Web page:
Corduroy is the mastermind and vision of Phil LeMessurier. For the past 20 years, he has fine-tuned his craft, completing his degree in Oenology before going to work with the likes of Domain Drouin in Oregon, Wirra Wirra in McLaren Vale, Vineyard 29 in the Napa, Paul Jaboulet in the Rhone Valley, David Duband in Burgundy and Brokenwood in the Hunter.
Phil began Corduroy in 2009 as a side project and
it has since evolved into a boutique and highly respected brand that showcases the best that the Adelaide Hills and Clare Valley have to offer.
Corduroy’s name originated from ‘corduroy lines’, a series of long-formed waves moving purposefully from the horizon to the shore – a pure gift of mother nature. It’s this natural process that sparked Phil’s love affair with what nature provides and how we utilise it.
‘What I love about winemaking is that we rely on something bigger than our own hands and minds to make the magic. We rely on the forces of nature – soil, plant, aspect, temperature, water, light – a blend of elements working together; even when we’re not watching. If I can observe, learn and understand what nature presents to us and then distill that into a glass to be enjoyed – then I have completed my craft’. Phil LeMessueier. Creator and Winemaker.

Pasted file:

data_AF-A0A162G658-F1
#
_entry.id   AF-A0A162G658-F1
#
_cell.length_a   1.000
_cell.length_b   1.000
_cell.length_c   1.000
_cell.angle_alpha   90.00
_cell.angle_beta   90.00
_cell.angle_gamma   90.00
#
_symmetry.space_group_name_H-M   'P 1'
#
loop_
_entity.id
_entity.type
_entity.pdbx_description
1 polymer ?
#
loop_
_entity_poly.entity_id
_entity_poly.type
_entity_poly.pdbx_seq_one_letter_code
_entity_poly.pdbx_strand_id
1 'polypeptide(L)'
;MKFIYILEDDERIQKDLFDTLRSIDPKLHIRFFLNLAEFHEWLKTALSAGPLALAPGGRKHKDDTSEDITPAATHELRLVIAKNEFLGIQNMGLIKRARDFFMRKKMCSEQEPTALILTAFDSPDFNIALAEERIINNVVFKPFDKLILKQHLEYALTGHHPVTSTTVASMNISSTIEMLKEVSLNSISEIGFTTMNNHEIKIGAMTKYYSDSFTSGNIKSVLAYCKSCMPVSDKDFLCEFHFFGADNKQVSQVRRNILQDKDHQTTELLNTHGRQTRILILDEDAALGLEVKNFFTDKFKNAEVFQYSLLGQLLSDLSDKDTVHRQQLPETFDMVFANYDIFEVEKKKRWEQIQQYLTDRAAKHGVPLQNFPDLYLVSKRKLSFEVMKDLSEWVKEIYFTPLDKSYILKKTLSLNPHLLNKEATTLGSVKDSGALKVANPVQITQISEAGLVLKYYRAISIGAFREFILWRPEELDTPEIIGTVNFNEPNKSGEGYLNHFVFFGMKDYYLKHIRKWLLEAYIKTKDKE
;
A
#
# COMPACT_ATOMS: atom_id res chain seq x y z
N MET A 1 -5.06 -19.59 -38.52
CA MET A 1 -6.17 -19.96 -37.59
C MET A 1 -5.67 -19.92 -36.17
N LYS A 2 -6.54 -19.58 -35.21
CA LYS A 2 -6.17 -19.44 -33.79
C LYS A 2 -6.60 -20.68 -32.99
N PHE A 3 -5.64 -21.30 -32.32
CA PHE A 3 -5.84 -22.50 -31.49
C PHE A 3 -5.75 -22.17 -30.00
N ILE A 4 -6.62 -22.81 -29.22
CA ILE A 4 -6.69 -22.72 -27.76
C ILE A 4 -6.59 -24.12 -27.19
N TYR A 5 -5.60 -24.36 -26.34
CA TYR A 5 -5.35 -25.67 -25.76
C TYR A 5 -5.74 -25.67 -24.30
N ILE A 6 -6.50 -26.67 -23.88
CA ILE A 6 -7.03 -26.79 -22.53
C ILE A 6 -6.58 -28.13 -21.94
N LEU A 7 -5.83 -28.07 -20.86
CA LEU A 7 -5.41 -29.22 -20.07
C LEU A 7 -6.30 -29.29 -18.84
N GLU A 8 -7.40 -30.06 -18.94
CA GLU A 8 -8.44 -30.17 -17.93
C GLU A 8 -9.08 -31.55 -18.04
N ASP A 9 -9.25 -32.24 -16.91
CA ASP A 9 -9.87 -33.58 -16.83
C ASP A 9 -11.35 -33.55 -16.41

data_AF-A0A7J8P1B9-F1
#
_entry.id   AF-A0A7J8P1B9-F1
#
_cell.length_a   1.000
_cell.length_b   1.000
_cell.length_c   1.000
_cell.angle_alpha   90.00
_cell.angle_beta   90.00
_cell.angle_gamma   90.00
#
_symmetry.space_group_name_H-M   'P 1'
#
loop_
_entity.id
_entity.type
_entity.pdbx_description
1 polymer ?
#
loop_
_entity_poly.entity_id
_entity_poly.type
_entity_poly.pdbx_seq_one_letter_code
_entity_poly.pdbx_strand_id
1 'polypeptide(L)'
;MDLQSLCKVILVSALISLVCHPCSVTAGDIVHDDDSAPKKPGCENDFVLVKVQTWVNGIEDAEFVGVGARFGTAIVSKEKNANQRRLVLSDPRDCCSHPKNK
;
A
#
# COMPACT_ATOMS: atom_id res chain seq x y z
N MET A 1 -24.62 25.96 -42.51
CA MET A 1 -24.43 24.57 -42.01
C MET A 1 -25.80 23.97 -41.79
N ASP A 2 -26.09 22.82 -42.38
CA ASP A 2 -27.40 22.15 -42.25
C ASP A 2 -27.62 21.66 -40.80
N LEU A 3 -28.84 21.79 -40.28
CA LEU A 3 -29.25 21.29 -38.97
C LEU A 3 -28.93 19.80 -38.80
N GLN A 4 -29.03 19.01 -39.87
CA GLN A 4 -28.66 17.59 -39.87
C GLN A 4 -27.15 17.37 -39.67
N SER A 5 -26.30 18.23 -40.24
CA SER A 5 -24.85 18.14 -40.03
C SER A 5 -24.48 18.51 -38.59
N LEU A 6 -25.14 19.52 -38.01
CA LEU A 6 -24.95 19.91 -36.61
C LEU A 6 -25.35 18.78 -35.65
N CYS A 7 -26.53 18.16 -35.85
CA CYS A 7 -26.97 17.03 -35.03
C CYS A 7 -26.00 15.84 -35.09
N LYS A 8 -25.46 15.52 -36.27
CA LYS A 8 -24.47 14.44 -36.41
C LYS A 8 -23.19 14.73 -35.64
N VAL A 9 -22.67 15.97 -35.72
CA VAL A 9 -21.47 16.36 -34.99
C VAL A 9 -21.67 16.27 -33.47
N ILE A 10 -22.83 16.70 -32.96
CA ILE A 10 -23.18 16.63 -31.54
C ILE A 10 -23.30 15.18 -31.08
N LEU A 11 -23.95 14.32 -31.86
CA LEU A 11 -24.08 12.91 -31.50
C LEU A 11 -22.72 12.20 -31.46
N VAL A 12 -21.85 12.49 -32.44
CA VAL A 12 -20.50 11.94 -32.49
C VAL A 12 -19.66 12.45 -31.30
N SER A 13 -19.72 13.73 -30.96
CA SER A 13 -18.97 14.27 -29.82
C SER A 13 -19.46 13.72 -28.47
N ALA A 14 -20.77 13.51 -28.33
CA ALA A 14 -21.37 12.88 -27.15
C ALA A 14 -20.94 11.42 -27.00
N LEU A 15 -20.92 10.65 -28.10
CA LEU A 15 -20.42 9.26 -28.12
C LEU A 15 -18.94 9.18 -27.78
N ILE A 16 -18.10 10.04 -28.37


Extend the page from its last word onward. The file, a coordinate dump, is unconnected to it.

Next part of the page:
Corduroy sources fruit from vineyards across the Clare Valley and Adelaide Hills which are continually moving towards increasing their biodiversity and the conservation of the natural ecosystems with a goal to maintain and promote soil health and natural pest control, including Morialta Park in the Adelaide Hills who has a strong plan for conversion to biodynamic farming in the coming vintages.
From 2022 all Corduroy wines will be made in their new facility at Mosquito Hill vineyard on the Fleurieu Peninsula, which is now completely off the grid and fuelled by solar. This new lease leads to an exciting new project for Corduroy and the ability to have full control of farming practices, including moving towards greater organic and natural inputs, cultivation of cover crops and grazing sheep for weed control and fertility, as well as the use of compost and mulch to help stimulate soil health
and reduce water use and loss.